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Stan Van Gundy: Will Derrick Rose ditch the Bulls if they can't land more stars?

By Ben Golliver | Blogger
Would Derrick Rose ever wave goodbye to Chicago? (Getty Images)

Hell hath no fury like an ex-coach scorned by a franchise player's decision to hijack his team in free agency.

Former Orlando Magic coach Stan Van Gundy got burned badly by Dwight Howard last season, as the All-Star center issued a public trade request, waffled back and forth about whether he wanted to re-up with the Magic and then denied going to management to have Van Gundy fired just minutes after Van Gundy told reporters that he had made such a request.

Now without a coaching gig and with Howard traded to the Los Angeles Lakers, the outspoken Van Gundy is dishing freely on a number of matters, including the possibility of another big-name NBA star ditching his team to chase a championship.

ESPNChicago.com notes that Van Gundy told an Orlando radio station that Chicago Bulls guard Derrick Rose could get fed up with his hometown team and look to place elsewhere.

"I think the interesting one coming up in the future is going to be Derrick Rose," Van Gundy said on AM-740's "The Game" in Orlando. "I think Derrick Rose is a great, great representative of our league, and he's a great player. And he's got good players around him, very good players around him, but if (the Bulls) can't get another star there for him is he eventually going to look around and say, 'Hey, I've got to work this out on my own and I've got to find somehow to get somewhere else so that I will have a chance to play with another star.' The league has changed."

"The league has changed," Van Gundy said. "It used to be the stars wanted to sort of have their own team, they certainly wanted good players around them, but now everything's changed. I think it started with the Celtics, bringing (Kevin) Garnett, (Paul) Pierce and (Ray) Allen together and everybody saw that and decided, 'Look, this is the only way we're going to win.'

Rose, 23, grew up in Chicago and was the Bulls' No. 1 pick in the 2008 NBA Draft. He's under contract through the 2016-17 season after inking a lucrative extension back in December 2011. The deal doesn't include any player options so Rose is fully locked in from a contract standpoint.

The early temptation is to write off these comments as excellent sports radio fodder from someone who is both still stinging from an ugly year of free agency fueled drama and potentially positioning himself to be an amazing NBA commentator. But then you start considering the recent track record of stars that have left teams hanging -- LeBron James, Chris Bosh, Deron Williams, Chris Paul, Dwight Howard, even Chicago's Carlos Boozer -- and it's difficult to say that anything is impossible at this point.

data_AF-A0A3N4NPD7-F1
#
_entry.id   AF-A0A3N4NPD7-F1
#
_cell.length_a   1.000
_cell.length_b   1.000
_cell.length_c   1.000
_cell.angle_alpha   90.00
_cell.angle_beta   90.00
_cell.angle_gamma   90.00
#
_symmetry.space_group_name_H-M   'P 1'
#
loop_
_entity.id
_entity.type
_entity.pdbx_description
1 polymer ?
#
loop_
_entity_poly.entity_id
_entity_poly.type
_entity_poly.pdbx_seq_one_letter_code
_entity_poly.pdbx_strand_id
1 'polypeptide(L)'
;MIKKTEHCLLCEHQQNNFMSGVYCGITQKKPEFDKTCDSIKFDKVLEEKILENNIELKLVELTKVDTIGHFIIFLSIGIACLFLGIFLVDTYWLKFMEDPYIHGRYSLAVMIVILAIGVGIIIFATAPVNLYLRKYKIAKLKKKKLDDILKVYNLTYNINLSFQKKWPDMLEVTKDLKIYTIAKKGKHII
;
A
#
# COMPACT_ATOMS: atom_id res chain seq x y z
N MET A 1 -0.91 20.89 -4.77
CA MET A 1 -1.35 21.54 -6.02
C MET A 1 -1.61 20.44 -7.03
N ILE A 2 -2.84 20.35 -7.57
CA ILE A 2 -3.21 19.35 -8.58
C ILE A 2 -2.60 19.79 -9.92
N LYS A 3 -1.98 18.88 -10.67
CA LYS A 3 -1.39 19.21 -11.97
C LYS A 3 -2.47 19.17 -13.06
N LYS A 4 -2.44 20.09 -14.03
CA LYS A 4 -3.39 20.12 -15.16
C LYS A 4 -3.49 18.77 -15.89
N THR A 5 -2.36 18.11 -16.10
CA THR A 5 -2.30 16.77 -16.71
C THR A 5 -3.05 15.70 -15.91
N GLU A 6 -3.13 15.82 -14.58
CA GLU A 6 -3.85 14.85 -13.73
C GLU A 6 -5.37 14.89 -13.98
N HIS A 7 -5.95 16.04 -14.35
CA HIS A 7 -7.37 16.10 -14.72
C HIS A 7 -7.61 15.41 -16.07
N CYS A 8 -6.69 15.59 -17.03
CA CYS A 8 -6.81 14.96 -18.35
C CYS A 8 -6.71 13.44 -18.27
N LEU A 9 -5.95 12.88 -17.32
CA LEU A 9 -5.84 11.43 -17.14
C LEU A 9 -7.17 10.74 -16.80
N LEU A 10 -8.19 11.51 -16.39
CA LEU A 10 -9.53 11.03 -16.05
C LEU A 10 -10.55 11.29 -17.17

That said, Rose has always seemed to stand apart from his fellow stars. He reportedly was not interested in recruiting James on behalf of the Bulls during the summer of 2010 and he famously stood off to the side during the 2012 All-Star introductions in Orlando, while Howard, James and others danced like goofballs on stage. To this point, Rose has only danced to the beat of his own drum.

Will that change? Chicago has years before that question becomes a legitimate concern. The more pressing issue, of course, is Rose's rehabilitation from an ACL injury suffered during the 2012 playoffs. Logistically, though, Chicago has only committed significant salary to Rose and center Joakim Noah from the 2015-16 season and on. Indeed, if they wanted to use the amnesty clause on Boozer in advance of the 2014-15 season, they could build around the Rose/Noah combination essentially from scratch. In other words, Chicago has a window of at least 1-2 seasons to pull another big name player before Rose enters the final season of his contract.

It's worth mentioning that Rose recently plopped down big money on a Trump Tower condo and that he really seems to relish the role of being the hometown hero. It's fair to call him the last person in the NBA -- along with Kevin Durant -- that you would expect to bounce out of town to ring chase. Five years is a long time, though, and it would become an eternity if James, in particular, starts stacking up championships.

If Rose's Bulls are eliminated by the Heat every year for the next five seasons, would he really not be tempted to take some kind of action if A-list sidekicks can't be located? Loyalty seems to be redefined every year in the NBA but it would take superhuman patience and faithfulness to re-up in Chicago if that's how things wind up going down. Van Gundy is way, way, way out in front of this one, but he's not totally, totally insane for raising the question.

 
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